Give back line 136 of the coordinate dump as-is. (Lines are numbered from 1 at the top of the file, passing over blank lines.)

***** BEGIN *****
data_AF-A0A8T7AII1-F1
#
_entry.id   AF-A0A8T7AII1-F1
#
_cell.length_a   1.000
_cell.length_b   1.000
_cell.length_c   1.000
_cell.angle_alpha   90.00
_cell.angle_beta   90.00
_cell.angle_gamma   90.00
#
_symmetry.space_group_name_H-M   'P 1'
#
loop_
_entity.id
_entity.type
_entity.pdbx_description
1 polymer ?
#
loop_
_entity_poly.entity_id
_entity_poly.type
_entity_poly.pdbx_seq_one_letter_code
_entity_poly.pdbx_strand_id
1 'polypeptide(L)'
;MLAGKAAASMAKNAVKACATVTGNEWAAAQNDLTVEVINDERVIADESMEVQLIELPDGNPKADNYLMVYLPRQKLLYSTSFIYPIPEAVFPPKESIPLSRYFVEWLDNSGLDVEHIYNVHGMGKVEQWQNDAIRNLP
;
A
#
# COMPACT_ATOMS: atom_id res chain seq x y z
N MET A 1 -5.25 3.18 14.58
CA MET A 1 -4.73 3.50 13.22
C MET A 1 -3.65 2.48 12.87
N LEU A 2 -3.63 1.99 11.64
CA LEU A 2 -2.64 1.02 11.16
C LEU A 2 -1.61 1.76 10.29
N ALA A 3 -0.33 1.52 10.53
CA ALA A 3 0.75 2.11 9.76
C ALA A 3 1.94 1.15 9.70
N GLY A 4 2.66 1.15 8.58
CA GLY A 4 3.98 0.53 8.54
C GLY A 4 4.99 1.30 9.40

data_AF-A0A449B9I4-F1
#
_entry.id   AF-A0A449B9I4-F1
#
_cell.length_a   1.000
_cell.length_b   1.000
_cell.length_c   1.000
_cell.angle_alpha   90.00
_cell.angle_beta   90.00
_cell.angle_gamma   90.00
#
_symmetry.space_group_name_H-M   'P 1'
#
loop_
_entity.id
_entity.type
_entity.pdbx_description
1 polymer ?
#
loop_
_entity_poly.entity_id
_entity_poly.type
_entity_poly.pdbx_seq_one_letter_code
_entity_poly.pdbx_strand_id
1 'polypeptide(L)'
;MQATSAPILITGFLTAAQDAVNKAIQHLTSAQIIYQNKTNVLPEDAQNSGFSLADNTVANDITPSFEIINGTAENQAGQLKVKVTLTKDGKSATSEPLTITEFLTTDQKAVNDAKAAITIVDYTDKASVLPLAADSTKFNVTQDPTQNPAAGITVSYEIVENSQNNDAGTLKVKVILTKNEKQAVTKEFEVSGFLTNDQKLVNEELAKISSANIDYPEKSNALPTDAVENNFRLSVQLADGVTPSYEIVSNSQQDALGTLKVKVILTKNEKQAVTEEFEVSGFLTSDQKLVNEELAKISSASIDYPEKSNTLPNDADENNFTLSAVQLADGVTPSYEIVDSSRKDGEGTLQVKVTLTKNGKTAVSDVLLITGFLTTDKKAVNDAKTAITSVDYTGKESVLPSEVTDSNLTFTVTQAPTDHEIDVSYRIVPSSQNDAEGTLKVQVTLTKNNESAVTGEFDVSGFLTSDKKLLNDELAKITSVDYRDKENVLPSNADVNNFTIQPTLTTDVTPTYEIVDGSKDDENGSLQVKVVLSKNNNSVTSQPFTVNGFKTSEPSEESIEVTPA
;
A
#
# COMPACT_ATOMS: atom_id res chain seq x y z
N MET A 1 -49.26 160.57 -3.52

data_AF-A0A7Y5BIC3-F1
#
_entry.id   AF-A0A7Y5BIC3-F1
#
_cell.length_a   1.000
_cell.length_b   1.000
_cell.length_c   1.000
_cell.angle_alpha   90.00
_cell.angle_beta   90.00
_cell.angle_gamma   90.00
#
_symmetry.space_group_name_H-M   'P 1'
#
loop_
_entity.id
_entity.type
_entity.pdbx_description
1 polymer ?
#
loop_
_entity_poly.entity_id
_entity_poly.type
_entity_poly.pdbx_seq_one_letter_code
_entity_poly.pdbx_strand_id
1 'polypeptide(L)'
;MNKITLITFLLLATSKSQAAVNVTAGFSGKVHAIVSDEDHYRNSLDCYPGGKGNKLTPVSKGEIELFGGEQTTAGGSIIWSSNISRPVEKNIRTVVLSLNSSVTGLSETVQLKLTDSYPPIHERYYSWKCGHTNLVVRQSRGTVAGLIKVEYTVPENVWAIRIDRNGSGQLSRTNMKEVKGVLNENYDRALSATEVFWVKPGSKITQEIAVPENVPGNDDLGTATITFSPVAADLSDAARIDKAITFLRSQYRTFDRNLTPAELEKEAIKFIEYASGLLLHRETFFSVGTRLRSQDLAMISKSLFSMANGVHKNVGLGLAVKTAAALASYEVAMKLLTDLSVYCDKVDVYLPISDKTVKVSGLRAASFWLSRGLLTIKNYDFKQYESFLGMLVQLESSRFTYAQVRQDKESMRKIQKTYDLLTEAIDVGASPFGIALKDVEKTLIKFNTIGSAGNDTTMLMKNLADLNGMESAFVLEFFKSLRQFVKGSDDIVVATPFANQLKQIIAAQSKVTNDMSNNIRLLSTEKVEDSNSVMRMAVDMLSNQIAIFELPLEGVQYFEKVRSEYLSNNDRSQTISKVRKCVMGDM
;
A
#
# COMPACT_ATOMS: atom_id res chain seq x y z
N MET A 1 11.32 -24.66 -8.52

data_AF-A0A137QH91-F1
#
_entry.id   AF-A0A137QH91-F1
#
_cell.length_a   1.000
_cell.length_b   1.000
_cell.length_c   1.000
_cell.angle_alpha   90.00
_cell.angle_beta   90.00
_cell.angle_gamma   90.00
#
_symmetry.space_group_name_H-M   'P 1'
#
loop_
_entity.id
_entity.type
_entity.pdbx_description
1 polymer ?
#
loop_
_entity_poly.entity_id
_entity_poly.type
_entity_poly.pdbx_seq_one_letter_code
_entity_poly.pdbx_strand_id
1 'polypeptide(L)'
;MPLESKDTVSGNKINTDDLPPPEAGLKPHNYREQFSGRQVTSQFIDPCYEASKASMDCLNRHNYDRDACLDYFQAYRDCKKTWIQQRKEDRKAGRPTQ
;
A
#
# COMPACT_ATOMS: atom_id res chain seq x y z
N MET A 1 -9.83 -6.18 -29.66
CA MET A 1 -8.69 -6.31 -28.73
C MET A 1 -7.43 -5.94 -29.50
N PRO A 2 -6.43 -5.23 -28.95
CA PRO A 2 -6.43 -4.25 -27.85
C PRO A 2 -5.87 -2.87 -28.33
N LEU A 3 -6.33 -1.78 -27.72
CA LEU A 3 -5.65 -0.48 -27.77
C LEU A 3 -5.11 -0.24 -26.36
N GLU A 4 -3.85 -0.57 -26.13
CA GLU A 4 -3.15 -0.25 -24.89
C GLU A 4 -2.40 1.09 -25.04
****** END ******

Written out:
CA MET A 1 -8.69 -6.31 -28.73